María de Echevarría: Making the Numinous Palpable in Paint

After a long period in which it was taboo, it has become fashionable once again to speak of spirituality in art. Very often, however, the term is misused. Only rarely does it truly apply, as in the case of María de Echevarría, whose exhibition "Toward Another Dimension" was seen recently in a solo exhibition at the Consulate General of Argentina, 12 West 56th Street.

Working for most of the year in New York City and part of the time in another studio in New Mexico, de Echevarría produces paintings that convey a sense of the ethereal. In some paintings, beings of light are seen traversing a landscape that seems to transpose the climate and landscape of New Mexico onto an imaginary realm. In other oils on canvas, the landscape alone conveys a sense of the spirit world.

One of the most striking works in de Echevarría's most recent and by far most impressive exhibition for its breadths and scope was a canvas called Silence, which seems to depict a group of mourners gathered around a coffin that was about to be lowered into the ground. However the mourners had about them a decidedly ghostly aspect, suggesting, perhaps, that the soul about to make the journey to "another dimension" was the one that was truly alive. Similarly, in another painting entitled Encounter, two pale white beings convene under a full moon in a misty nocturnal landscape with a decidedly otherworldly atmosphere. De Echevarría's smooth paint application and luminous colors, akin in certain ways to those of Georgia O'Keeffe, another artist attracted to the arid landscape of New Mexico, contribute to the haunting beauty of Encounter.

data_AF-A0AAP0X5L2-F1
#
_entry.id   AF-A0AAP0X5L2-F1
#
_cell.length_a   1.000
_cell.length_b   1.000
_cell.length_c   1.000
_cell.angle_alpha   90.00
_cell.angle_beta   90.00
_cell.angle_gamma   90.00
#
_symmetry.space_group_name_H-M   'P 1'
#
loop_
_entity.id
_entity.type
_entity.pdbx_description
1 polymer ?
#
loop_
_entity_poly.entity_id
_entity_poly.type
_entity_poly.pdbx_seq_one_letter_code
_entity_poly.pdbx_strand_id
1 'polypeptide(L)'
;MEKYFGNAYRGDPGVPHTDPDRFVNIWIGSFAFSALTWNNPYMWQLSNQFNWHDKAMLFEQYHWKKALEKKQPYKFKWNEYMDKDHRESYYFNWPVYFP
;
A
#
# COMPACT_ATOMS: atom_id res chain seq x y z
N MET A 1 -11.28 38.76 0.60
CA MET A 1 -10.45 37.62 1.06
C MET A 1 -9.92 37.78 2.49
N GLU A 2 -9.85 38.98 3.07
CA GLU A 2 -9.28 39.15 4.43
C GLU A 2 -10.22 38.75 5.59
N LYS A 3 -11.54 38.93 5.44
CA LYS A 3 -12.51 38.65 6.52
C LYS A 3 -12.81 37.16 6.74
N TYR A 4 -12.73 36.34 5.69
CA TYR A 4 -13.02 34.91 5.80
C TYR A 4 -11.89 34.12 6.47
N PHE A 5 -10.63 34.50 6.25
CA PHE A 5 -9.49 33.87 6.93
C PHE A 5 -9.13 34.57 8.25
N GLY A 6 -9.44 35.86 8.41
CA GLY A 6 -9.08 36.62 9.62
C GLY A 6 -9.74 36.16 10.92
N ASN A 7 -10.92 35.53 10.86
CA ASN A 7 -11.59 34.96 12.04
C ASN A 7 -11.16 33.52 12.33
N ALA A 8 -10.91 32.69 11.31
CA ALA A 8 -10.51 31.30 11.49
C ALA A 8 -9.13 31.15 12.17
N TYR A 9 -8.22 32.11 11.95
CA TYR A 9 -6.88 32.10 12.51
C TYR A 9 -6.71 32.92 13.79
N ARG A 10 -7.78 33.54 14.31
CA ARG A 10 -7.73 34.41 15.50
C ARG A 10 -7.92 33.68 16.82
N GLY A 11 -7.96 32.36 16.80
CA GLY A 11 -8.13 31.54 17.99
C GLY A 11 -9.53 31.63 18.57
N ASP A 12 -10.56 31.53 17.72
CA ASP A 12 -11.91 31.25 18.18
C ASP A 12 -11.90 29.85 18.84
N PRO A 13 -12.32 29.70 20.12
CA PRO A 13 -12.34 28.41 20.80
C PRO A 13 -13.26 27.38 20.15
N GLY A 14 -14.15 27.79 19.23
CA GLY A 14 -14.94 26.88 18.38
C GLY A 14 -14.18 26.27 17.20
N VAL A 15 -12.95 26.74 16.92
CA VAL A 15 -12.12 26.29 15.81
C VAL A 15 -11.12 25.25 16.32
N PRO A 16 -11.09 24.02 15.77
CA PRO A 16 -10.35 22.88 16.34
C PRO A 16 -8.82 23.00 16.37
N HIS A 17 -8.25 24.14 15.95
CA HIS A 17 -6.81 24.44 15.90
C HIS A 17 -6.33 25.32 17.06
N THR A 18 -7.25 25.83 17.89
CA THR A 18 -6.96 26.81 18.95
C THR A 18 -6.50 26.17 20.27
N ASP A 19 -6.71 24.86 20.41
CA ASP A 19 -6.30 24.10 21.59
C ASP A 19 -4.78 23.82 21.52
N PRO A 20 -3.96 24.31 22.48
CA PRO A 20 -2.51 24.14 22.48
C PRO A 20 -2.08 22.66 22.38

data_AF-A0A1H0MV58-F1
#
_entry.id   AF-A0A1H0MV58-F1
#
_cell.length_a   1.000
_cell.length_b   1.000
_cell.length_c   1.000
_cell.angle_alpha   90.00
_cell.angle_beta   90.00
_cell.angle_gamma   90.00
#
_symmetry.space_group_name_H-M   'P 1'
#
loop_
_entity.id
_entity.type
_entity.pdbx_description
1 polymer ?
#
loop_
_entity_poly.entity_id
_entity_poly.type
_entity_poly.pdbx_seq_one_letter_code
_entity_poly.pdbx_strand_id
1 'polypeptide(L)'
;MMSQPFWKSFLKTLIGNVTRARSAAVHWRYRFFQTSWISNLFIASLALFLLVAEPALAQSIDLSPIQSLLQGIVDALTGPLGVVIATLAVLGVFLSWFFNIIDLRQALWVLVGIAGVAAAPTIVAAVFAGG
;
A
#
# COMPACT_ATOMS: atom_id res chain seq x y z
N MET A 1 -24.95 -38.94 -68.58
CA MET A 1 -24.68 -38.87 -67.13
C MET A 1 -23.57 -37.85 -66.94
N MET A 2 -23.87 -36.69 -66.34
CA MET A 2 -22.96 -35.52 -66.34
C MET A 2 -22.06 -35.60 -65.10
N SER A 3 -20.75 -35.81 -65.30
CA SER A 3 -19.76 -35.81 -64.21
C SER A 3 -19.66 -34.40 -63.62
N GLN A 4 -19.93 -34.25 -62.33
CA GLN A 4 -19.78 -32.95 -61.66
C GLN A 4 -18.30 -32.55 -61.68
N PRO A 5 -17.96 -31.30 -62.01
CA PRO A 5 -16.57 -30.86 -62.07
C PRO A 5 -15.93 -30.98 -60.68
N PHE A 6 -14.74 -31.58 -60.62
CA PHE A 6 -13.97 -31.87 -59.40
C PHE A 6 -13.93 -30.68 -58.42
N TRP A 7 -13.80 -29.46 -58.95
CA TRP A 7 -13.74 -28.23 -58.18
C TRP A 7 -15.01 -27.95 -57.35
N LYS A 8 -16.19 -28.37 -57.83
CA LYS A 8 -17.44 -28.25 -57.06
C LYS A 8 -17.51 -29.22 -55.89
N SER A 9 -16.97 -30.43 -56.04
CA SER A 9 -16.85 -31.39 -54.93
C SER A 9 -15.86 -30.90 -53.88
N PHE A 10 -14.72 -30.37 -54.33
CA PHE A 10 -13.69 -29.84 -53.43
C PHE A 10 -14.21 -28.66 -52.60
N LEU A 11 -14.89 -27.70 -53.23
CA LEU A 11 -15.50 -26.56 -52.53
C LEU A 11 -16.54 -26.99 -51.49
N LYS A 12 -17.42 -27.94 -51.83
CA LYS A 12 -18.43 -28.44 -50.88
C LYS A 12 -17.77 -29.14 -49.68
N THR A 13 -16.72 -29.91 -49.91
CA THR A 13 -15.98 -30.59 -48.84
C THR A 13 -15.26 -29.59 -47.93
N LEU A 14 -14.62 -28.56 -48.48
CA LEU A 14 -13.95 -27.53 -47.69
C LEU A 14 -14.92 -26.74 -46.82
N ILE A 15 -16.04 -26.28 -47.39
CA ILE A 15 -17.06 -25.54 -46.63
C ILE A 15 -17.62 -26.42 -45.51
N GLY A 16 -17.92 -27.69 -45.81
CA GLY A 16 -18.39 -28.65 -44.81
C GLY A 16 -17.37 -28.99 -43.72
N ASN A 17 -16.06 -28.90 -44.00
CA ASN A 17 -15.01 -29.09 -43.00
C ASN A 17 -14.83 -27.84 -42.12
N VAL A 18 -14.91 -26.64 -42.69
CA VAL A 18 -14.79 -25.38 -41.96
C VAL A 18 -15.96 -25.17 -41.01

Even more than O'Keeffe, however, María de Echevarría appears to be a kindred spirit of Mark Rothko, another artist whose work can be called spiritual, albeit for slightly different reasons. This kinship seems especially clear in de Echevarría's extremely simplified landscape compositions in which the canvas is divided into horizontal bands of color. Unlike Rothko, however, whose compositions were invariably reductive and abstract, de Echevarría's paintings always evoke the sense of terrain.

This is true even of her most ostensibly abstract compositions, such as the remarkably beautiful large canvas called Opening to Another World, where two numinous rectangular forms, one blue, the other a glowing white loom against an expanse of sky. Here, as the title suggests, de Echevarría appears to depict the literal portal between the earth and some otherworldly realm. The earth, however, is in shadow, while the other world is entered through a gateway of light.

In those and other paintings-many depicting strata of clouds and mountains enveloped in atmospheric mists and clouds illuminated by a rainbow range of auras-María de Echevarría paints with a conviction of someone in possession of special, intuitive knowledge. She evokes a rarified realm that most of us have only visited in our dreams and, by virtue of her impressive painterly gifts, imbues it with a startling verisimilitude.

Maurice Taplinger
Gallery and Studio, NY, April-May 2004


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